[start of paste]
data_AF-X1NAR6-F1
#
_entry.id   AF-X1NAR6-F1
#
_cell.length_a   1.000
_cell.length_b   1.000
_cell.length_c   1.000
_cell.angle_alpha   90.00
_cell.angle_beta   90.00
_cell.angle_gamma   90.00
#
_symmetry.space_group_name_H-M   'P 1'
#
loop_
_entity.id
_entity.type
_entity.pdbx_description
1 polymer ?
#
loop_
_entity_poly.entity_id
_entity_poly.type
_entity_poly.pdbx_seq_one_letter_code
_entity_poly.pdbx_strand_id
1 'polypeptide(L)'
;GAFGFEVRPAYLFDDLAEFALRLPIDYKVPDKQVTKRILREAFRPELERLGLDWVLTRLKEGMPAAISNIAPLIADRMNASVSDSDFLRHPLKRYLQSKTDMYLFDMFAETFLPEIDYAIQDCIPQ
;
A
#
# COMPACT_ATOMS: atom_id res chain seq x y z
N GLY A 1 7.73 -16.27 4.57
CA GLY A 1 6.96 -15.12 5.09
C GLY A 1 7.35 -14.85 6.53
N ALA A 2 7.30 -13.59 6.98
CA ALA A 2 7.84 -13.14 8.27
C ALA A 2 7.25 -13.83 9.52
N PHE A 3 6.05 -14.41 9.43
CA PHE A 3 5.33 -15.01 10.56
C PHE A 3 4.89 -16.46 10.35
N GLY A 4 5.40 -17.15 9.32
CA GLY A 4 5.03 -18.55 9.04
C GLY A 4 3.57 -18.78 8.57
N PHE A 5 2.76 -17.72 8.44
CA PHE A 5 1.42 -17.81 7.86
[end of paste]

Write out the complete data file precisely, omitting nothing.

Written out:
data_AF-X1NAR6-F1
#
_entry.id   AF-X1NAR6-F1
#
_cell.length_a   1.000
_cell.length_b   1.000
_cell.length_c   1.000
_cell.angle_alpha   90.00
_cell.angle_beta   90.00
_cell.angle_gamma   90.00
#
_symmetry.space_group_name_H-M   'P 1'
#
loop_
_entity.id
_entity.type
_entity.pdbx_description
1 polymer ?
#
loop_
_entity_poly.entity_id
_entity_poly.type
_entity_poly.pdbx_seq_one_letter_code
_entity_poly.pdbx_strand_id
1 'polypeptide(L)'
;GAFGFEVRPAYLFDDLAEFALRLPIDYKVPDKQVTKRILREAFRPELERLGLDWVLTRLKEGMPAAISNIAPLIADRMNASVSDSDFLRHPLKRYLQSKTDMYLFDMFAETFLPEIDYAIQDCIPQ
;
A
#
# COMPACT_ATOMS: atom_id res chain seq x y z
N GLY A 1 7.73 -16.27 4.57
CA GLY A 1 6.96 -15.12 5.09
C GLY A 1 7.35 -14.85 6.53
N ALA A 2 7.30 -13.59 6.98
CA ALA A 2 7.84 -13.14 8.27
C ALA A 2 7.25 -13.83 9.52
N PHE A 3 6.05 -14.41 9.43
CA PHE A 3 5.33 -15.01 10.56
C PHE A 3 4.89 -16.46 10.35
N GLY A 4 5.40 -17.15 9.32
CA GLY A 4 5.03 -18.55 9.04
C GLY A 4 3.57 -18.78 8.57
N PHE A 5 2.76 -17.72 8.44
CA PHE A 5 1.42 -17.81 7.86